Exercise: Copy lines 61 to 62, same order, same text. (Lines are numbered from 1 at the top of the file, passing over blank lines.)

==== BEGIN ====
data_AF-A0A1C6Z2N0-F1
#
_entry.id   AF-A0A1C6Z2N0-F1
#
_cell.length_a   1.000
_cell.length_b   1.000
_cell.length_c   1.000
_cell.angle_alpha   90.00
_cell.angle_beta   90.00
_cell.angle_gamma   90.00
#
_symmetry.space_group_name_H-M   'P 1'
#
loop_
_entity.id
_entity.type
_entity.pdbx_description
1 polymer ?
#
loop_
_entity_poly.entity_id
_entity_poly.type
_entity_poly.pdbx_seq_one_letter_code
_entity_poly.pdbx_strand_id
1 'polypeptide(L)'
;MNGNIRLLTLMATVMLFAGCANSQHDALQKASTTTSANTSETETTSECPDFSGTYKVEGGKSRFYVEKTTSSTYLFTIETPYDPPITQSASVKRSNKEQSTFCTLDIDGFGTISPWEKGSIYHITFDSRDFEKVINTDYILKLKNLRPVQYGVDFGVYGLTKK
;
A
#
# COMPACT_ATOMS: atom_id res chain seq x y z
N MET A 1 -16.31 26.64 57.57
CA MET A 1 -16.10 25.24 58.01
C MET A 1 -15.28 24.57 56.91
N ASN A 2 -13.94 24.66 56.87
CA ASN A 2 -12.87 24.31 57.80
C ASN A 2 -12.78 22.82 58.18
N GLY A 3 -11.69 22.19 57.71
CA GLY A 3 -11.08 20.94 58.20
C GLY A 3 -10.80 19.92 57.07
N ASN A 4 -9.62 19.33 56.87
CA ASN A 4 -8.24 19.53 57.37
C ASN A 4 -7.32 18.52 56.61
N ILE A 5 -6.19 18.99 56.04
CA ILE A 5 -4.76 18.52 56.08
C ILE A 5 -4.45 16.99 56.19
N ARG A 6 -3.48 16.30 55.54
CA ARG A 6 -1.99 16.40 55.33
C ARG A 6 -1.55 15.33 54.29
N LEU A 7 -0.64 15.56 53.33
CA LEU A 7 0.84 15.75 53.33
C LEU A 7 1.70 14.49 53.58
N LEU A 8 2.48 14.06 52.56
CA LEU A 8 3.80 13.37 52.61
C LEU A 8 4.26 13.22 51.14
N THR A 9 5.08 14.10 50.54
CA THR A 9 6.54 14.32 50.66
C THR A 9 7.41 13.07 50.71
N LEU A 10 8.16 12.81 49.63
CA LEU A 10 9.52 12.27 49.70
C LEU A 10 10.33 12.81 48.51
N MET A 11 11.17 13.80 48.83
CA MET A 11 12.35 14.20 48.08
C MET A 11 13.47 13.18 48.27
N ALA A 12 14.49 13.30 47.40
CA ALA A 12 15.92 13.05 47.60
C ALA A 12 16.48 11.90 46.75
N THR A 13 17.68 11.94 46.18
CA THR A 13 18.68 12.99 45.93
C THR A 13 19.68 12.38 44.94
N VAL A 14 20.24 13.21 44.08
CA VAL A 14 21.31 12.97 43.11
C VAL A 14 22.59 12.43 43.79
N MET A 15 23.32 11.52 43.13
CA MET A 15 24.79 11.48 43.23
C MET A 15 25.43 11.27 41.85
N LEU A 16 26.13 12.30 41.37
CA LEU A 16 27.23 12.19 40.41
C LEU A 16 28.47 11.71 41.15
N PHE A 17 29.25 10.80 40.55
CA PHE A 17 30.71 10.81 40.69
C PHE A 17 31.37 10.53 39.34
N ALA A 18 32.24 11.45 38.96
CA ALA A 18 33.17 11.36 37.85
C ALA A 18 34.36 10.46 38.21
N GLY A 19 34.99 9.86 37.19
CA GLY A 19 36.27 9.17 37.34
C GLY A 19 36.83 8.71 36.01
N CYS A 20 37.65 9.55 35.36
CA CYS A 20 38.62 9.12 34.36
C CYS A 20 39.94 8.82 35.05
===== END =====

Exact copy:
N MET A 11 11.17 13.80 48.83
CA MET A 11 12.35 14.20 48.08